M o r e o n rat m o n o c l o n a l antibodies SIR, I perfectly agree with D r Clark and his colleagues that rat hybridomas have advantages over their mouse counterparts (Immunol. Today, 1983, Vol. 4, pp. 100-101), at least in some cases. However, they do not mention the L O U ( L O U for L O U V A I N ) rat model, which is at the basis of this technology. The $210 tumour (the original name of the tumour from which the cell lines 210 R C Y 3Agl and then Y3 Ag 1, 2, 3 were selected by C. Milstein and colleagues) has been characterized as a Bence-Jones producer ~ and adapted to in-vitro culture (quoted in Ref. 1 and described in Ref. 2) and was given to C. Milstein, free of charge, by my colleagues and myself in 1972. The L O U rat model has made the study of rat immunoglobulin easier. It allowed the characterization of the rat IgG2c subclass and two out of the four known rat immunoglobulin allotypes (those of the IgA and IgG2b classes), and it provided the first IgE- and IgDsecreting plasmacytomas in any animal species. It also provided the first rat fusion line (Y3 A g 1,2,3) ~ and, afterwards, the first rat non-secreting fusion line (IR983F) 45 ' which is histocompatible with one rat inbred strain [the Y3 line is a r-secreting cell line and the nonsecreting Y2B is histocompatible only with ( A O x LOU)F1 animals]. It has

2 Asplin, C. M., Cooney, M. K., Crossley, J. R. et al. (1982)J. Pediatr. 101,398-400 3 Doniach, D. and Bottazzo, G. F. (1981) in Clinical Immunology Update (Franklin, E. C., ed.), pp. 95-121, Elsevier, New York 4 Gorsuch, A. N. and Cudworth, A. G. in Paediatric Immunology (Soothhill, J. F., Greenwood, H., Hayword, A. R. and Wood, C. B. S., eds), Blackwell Scientific Publications, Oxford (in press) 5 Smith, C. I. E., Hammarstr6m, L. and Matell, G. Stand. J. Immunol. (in press) (Abstract) 6 Asherson, G. L. and Dumondc, D. C. (1963) Immu~log~ 6, 19-24 7 Raft, M. C. (1971)/sr.J. Med. Sci. 7,724-727 8 Hammarstr6m, L., Smith, C. I. E., Primi, D. and M611er,G. (1976) Nature (London) 263, 60-61 9 Pirskanen, R., Bergstr6m, K., Hammarstr6m, L. et aL (1981)Ann. NYAcad. Sci. 377, 606-613 10 Grob (ed.) (1981) Ann. NYAcad. Sd. 377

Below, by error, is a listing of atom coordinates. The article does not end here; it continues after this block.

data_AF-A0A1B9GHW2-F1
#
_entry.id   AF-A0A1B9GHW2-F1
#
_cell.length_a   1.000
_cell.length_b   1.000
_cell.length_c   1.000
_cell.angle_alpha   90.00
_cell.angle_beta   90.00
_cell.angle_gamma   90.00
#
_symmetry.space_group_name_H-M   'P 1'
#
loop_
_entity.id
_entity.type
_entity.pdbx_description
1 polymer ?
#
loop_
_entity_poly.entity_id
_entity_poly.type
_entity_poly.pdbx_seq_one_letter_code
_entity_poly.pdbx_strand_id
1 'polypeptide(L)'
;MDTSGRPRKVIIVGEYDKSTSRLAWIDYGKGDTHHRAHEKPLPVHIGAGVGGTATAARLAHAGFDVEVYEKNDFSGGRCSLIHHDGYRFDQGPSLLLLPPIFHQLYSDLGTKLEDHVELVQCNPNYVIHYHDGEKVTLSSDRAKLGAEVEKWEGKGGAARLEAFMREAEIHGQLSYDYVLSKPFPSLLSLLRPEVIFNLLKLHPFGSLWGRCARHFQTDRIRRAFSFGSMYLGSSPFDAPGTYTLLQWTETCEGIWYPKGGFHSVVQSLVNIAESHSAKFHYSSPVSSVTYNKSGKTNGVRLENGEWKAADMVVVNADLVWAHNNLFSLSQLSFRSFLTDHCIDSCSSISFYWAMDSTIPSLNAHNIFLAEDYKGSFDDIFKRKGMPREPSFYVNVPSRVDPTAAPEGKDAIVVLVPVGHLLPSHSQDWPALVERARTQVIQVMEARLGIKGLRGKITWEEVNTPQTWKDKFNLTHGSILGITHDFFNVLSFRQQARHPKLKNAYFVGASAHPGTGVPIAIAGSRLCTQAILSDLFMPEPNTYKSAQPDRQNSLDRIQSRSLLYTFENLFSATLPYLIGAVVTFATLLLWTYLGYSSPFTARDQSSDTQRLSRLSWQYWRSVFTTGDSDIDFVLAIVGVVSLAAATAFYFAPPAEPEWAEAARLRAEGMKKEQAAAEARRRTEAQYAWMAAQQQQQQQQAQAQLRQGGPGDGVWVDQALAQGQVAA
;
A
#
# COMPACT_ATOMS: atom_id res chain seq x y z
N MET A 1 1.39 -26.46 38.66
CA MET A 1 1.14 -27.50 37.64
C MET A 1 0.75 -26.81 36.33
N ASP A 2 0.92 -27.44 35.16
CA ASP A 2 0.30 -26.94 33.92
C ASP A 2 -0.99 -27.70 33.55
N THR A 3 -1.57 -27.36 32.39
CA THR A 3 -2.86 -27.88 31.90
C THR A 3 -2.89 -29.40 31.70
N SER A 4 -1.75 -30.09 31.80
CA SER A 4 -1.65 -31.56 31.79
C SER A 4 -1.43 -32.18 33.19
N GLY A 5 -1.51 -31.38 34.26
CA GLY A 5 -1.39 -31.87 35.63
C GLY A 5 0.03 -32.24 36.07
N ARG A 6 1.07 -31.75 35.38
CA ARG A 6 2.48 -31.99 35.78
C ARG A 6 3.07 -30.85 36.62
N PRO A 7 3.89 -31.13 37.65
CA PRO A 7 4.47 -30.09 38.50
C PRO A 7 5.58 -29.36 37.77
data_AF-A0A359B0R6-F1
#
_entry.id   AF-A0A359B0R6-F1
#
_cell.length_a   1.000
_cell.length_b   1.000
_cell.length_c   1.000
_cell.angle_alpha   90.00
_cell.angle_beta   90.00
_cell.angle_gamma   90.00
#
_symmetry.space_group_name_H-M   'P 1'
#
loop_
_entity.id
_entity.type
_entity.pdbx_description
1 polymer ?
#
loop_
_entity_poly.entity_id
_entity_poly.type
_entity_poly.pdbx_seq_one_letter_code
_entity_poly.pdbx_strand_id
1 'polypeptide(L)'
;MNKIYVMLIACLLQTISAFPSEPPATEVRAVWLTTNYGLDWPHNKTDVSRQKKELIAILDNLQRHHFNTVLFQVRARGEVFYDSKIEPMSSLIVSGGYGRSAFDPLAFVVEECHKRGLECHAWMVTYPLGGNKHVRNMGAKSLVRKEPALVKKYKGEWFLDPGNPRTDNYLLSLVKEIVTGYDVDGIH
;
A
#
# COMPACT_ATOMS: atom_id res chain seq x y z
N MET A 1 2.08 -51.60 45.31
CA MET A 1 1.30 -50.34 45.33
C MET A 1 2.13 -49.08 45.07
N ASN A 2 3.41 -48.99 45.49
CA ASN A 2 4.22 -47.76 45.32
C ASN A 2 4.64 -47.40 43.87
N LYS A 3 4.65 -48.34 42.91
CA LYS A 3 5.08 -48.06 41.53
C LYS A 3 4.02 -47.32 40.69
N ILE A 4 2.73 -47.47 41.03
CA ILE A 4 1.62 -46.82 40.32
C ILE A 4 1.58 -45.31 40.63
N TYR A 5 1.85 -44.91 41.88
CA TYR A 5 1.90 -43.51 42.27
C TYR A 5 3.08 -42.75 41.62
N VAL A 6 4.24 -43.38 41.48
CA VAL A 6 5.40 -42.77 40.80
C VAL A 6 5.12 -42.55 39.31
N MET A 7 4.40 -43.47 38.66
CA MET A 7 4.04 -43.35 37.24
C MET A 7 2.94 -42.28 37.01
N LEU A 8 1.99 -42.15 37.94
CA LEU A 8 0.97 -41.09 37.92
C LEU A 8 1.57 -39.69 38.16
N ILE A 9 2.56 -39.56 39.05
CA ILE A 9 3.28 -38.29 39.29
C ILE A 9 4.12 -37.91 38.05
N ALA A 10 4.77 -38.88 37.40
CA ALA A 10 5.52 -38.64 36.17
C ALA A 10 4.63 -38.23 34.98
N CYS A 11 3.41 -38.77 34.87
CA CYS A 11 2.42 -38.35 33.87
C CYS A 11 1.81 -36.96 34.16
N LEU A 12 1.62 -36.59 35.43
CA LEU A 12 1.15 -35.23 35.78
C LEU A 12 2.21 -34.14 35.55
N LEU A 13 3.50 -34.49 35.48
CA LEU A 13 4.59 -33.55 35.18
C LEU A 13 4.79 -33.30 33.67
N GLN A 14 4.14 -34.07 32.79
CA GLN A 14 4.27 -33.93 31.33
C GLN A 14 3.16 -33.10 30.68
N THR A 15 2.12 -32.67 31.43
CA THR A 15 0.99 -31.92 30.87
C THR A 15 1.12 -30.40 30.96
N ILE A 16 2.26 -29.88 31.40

already provided m e and my colleagues with hundreds of interesting rat-rat hybridomas 5-a. T h e IR983F cell line is also the first non-patented rat fusion line. Success in making rat-rat hybridomas presently means a rational use of the L O U rat model. A n u m b e r of papers have been published on rat immunoglobulins and on rat polyclonal or monoclonal antibodies by many authors and by ourselves (a list of references from the Experimental Immunology U n i t is available) and these, for example, include data on the rat IgG isotypes which fix h u m a n complement 9'1°. H. BAZIN Experimental Immunology Unit, University of Louvain, 1200 Brussels, Belgium.

References 1 Bazin, H., Deckers, C., Beckers, A. and Hermans, J. F. (1972) Int. J. Cancer 10, 568-580 2 Burtonboy, G., Bazin, H., Deckers, G. et aL (1973) Eur. J. Cancer9, 259-262 3 Galfre, G., Milstein, C. and Wright, B. (1979) Nature(London) 277, 131-133 4 Bazin, H., Grzych, C., Verwaerde, C. and Capron, A. (1980)Ann. Immu.n~l.(Paris) 131D, 359 5 Bazin, H. (1982) Protides Biol. Fluids, Proc. Colloq. 29,615-618 6 Burtonboy, G., Bazin, H. and Delferri~re, N. (1982)Arch. ViroL 71,291-302 7 Crzych, J. M., Capron, M., Bazin, H. and Capron, A. (1982)J. Immunol. 129, 2739-2743 8 Lebacq, A. M. and Bazin, H. Bull. Cancer(in press) 9 Medgyesi, G. A., Ffist, G., Gerfely, J. and Bazin, H. (1978) Immunochemisto, 15, 125-129 10 Ffist, G., Medgyesi, G., Bazin, H. and Gergely, J. (1980) Immunol. Lett. 1,249-253